On the home page of one of the world’s largest communications agencies, the headline promises ‘we create value’. That may be true, but I’d argue that for most companies, the biggest boost to business value comes not from what effective communications can create, but from the ability of visionary communicators to release unrecognised value that already exists.
Communications creates value by increasing demand and reducing price elasticity. If other factors are brought into line, it will also help create valuable assets such as a known and carefully-shaped brand, an engaged social media audience and a healthy sales pipeline. With a few exceptions – such as re-engineering a heritage brand, where substantial new value can be generated – the way communications creates value is simply by helping businesses make money doing what businesses do.
What many companies fail to grasp is that the biggest contribution to business value made by skilful communications is often not in creating new value, but in releasing value that is already there. Before the Melrose bid, I was pondering on how to win GKN’s communications business as it was clearly a company that is undervalued by its target customers and by investors. If you were a driveline director at a vehicle manufacturer, a purchasing specialist or an investment analyst, would you, before the publicity surrounding the bid, have been able to define the scope of their capability? Would you have understood their impressive technology roadmap and how well aligned it is to areas of growing market demand? GKN failed to deliver the right messages to the right people and that made them undervalued and vulnerable.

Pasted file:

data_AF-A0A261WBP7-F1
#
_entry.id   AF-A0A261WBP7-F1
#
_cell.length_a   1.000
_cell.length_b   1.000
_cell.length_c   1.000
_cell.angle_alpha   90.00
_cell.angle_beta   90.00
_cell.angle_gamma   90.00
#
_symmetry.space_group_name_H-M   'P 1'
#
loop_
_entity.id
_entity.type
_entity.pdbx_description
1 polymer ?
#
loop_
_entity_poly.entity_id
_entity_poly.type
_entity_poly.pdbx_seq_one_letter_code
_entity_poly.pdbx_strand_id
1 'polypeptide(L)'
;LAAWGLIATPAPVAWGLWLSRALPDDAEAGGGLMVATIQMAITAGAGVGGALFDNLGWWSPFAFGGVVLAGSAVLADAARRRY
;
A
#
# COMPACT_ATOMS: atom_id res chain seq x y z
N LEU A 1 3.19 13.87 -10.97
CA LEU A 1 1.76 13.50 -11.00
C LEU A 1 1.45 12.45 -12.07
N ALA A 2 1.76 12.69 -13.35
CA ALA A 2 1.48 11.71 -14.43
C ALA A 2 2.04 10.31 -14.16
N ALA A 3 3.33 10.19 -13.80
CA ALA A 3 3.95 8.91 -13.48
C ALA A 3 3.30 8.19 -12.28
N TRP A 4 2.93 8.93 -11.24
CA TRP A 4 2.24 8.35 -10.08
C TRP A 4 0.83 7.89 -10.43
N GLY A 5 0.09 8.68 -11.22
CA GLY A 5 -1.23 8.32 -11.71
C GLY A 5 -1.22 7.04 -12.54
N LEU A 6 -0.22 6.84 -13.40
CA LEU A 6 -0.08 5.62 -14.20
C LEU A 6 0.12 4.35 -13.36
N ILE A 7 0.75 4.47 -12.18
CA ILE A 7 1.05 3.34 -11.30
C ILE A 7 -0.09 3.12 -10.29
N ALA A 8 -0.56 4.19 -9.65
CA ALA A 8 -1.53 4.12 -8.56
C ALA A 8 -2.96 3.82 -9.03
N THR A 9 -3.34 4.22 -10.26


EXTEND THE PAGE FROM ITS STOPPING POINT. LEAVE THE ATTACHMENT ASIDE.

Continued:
The astonishing rise in the share price seems to have surprised even the company’s leadership. That’s because it was driven by far more than the prospect of a premium being paid for the shares: a substantial part of the increase in market capitalisation is because the bid process revealed how capable GKN’s businesses really are.
The relationships between vehicle manufacturers and their technology suppliers are complex. Each decision is influenced by a network of specialists, often with conflicting objectives. To succeed, you have to separate out the benefits for each audience and deliver them in a focussed and engaging way. Investors and analysts, surprisingly, respond well to many of the same messages as these technical specialists, most notably around clever alignment of the technology roadmap with the ‘megatrends’ that drive demand in our industry.
Just like GKN, many companies have opportunities to use strategic communications to release more value than can be generated by years of successful trading. It doesn’t need to be created; it’s real, honest value that is there already, waiting to be monetised.